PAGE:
Review: Panasonic's JZ1000 OLED television delivers stunning visuals, but lacks 'oomph'

Can the Japanese electronic giant's new smart TV stand out in an already crowded field?
Can the Japanese electronic giant's new smart TV stand out in an already crowded field? Photo credit: Newshub

There are very good reasons why one of the two main televisions in my house is a Panasonic and I continue to hold the brand in high regard.

The first is because it delivers terrific value for money, with a performance that could command a higher price.

But I feel you learn more from a company when something goes wrong, and Panasonic excelled compared to others I've dealt with in that regard.

When my television developed a fault after its warranty ran out, I almost kicked it to the curb, literally.

I went and bought a new television and then, at the last second, decided I'd see if I could get the old one repaired and sell it on for a few dollars.

It took the company only a few days to look at it, let me know it considered was at fault and would replace it. Even better, they didn't replace it with the same model, but a brand new one with better specifications.

So when I was offered the chance to try out the latest Panasonic 4K OLED model, I jumped at the opportunity knowing there's a fair chance I could be auditioning it for a future permanent position in the Kilpatrick household.

But with fearsome competition from the likes of Samsung, Sony and LG, how does the Panasonic OLED stack up in 2021?

I've been using the Panasonic JZ1000 55-inch television for a few weeks now and here are my thoughts.

The good

There are times when setting up technology feels like a real chore. Whether it's too many cables, a need for three different screwdrivers and some hex keys, it often takes the fun out of a new gadget.

Not so here. I can't recall the last time something as significant was set up in such a small amount of time.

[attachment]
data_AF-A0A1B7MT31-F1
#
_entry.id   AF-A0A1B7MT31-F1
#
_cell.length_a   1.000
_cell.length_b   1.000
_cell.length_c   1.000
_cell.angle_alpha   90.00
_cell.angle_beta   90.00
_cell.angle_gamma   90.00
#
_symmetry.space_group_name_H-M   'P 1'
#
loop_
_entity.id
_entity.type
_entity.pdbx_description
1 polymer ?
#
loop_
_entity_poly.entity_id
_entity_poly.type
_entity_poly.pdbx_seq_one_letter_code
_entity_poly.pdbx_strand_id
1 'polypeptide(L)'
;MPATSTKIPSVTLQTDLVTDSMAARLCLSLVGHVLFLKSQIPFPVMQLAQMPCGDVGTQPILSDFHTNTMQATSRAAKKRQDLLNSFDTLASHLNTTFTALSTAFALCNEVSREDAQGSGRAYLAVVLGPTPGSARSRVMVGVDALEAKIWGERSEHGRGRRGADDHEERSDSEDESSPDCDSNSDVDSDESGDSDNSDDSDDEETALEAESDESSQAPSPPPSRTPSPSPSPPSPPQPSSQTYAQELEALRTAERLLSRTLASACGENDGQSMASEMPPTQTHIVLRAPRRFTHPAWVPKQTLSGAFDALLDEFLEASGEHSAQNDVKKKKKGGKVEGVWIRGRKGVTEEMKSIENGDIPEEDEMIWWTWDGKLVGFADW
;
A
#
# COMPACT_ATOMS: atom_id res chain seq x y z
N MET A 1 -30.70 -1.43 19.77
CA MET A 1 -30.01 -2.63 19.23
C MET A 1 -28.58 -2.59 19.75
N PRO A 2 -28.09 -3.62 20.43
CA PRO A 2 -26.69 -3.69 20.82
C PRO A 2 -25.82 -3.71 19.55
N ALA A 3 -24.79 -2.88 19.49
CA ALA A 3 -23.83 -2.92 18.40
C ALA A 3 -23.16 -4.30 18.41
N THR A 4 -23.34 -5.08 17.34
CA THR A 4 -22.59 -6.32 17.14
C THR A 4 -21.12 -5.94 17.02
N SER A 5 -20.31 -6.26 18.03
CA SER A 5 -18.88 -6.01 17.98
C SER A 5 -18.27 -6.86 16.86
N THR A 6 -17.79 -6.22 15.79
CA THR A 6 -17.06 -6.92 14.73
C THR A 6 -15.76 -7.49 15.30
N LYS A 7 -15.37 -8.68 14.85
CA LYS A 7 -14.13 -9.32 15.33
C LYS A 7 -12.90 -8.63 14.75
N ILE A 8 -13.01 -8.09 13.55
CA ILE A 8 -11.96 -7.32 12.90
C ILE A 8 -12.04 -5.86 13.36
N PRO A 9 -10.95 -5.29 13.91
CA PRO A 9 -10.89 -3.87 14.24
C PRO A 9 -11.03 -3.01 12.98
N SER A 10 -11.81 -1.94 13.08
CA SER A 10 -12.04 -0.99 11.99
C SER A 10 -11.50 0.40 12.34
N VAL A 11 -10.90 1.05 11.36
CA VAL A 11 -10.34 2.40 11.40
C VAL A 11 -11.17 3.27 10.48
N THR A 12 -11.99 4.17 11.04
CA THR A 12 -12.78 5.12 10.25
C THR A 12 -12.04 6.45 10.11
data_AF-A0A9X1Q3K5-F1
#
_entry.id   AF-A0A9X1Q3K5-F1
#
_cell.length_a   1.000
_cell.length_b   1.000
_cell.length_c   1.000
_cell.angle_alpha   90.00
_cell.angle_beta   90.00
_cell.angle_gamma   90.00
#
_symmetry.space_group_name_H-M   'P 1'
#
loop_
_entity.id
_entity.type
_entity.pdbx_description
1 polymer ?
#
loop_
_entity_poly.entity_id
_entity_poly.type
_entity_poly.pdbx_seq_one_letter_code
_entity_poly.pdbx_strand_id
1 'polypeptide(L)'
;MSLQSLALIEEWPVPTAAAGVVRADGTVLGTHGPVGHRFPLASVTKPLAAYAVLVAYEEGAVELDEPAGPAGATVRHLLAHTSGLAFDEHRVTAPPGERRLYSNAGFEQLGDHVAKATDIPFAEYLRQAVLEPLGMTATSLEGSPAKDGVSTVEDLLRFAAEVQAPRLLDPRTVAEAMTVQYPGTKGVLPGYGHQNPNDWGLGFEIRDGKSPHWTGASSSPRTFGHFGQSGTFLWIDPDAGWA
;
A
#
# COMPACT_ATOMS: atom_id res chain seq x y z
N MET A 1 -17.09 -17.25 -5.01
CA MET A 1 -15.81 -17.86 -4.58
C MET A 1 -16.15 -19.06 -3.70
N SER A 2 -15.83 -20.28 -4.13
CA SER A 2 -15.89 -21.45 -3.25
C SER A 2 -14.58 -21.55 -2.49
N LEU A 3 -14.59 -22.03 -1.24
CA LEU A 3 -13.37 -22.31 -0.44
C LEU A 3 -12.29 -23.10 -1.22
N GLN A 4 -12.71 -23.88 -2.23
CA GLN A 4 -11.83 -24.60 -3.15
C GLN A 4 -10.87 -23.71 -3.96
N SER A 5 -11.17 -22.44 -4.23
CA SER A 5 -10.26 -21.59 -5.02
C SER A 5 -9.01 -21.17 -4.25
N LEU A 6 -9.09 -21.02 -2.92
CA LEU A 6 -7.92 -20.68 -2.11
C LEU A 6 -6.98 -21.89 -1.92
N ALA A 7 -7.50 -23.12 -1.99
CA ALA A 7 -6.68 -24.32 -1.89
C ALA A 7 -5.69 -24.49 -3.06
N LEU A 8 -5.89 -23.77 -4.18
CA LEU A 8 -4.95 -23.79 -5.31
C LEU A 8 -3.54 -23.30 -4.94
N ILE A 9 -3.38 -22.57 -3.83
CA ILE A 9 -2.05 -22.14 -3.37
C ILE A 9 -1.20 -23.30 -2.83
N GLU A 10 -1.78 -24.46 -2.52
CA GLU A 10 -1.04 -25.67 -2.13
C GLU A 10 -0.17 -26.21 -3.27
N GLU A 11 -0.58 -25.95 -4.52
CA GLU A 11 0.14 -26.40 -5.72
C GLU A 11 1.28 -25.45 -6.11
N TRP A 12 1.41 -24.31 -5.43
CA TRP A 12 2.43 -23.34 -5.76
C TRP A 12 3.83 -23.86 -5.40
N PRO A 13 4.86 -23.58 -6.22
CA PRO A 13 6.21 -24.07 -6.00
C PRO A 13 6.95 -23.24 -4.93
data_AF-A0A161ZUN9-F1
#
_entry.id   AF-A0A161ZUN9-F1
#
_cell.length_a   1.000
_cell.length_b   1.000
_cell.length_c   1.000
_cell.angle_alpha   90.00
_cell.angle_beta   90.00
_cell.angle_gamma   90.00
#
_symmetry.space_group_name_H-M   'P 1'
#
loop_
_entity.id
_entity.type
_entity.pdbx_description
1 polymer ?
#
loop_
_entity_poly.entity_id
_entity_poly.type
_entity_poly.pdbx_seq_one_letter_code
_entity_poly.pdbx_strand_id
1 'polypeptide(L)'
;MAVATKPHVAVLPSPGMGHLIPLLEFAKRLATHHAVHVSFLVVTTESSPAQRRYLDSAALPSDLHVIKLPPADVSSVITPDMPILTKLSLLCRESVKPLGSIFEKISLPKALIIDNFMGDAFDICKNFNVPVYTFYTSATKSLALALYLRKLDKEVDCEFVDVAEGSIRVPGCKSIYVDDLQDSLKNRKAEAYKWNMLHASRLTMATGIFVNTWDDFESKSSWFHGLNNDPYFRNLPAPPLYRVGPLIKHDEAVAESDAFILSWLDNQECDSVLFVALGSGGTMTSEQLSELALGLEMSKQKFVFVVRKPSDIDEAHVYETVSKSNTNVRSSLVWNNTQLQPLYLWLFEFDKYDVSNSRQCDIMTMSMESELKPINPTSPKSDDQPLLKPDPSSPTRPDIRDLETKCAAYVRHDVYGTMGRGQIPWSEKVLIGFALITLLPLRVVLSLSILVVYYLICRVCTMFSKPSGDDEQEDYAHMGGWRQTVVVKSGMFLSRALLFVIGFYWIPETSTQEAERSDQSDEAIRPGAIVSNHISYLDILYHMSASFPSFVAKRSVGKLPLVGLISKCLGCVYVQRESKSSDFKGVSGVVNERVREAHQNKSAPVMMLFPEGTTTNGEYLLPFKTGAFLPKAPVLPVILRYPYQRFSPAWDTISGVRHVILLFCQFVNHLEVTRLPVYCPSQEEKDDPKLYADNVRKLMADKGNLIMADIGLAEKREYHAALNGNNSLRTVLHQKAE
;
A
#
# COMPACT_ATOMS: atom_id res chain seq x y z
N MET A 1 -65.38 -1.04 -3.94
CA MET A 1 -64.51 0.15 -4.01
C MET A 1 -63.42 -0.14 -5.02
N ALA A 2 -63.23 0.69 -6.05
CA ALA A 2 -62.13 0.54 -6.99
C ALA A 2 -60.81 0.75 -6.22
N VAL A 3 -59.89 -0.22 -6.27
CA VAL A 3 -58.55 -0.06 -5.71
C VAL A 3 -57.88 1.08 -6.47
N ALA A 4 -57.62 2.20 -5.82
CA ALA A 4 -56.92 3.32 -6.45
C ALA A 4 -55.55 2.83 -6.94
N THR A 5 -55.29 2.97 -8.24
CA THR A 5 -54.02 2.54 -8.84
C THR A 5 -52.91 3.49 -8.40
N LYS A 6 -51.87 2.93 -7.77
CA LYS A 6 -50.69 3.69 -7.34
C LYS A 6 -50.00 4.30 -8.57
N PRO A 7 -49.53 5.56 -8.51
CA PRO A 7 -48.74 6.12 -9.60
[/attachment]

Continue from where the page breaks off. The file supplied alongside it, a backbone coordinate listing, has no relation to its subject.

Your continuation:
All it needed was four screws to install the base, putting the batteries in the remote, plugging in my HDMI devices and I was done. There's a real value to simplicity done well and Panasonic knocked it out of the park.

It looks great too, from the small bezels around the screen to the no-nonsense deep black encasing - and with the added bonus of the base being able to swivel the screen to create perfect viewing angles and give easy access to the rear.

A lot of that goodwill would be undone if the performance wasn't up to scratch, however. Thankfully that's not the case.

The picture is simply fantastic.

Panasonic television
Photo credit: Newshub / Disney Pixar

The JZ1000 supports all HDR (High Dynamic Range) formats including Dolby Vision, HLG, HDR10 and the new HDR10+ Adaptive format. I can say there was never once when I was disappointed by the overall quality of the experience.

The colours are saturated and gorgeous, the blacks were pure black and I fell in love with Pixar's Coco - my quality checker of choice - all over again.

I'm used to changing the picture settings on a regular basis on other televisions, but I just didn't need to do that here. They're suitably helped by Dolby Vision IQ which dynamically adjusts to the changing light in the room.

For the purposes of this review, I also connected the television directly to the internet, something I've vowed never to do so with my permanent televisions again.

The in-built Netflix app is particularly impressive. The TV has a Netflix-calibrated mode designed to ensure you get the best picture from the streaming giant, delivering a highly cinematic experience.

In a head-to-head against Netflix running on other devices, the brightness was noticeably darker, but the overall experience did seem to have something of an edge. If I'd sat a little closer to the screen and someone had thrown some popcorn at me and kept checking their phone, I might have been convinced I was in a cinema.

Connectivity is unlikely to be a problem either, with four HDMI inputs on the rear. Each supports HDMI 2.1, with one eARC compliant port.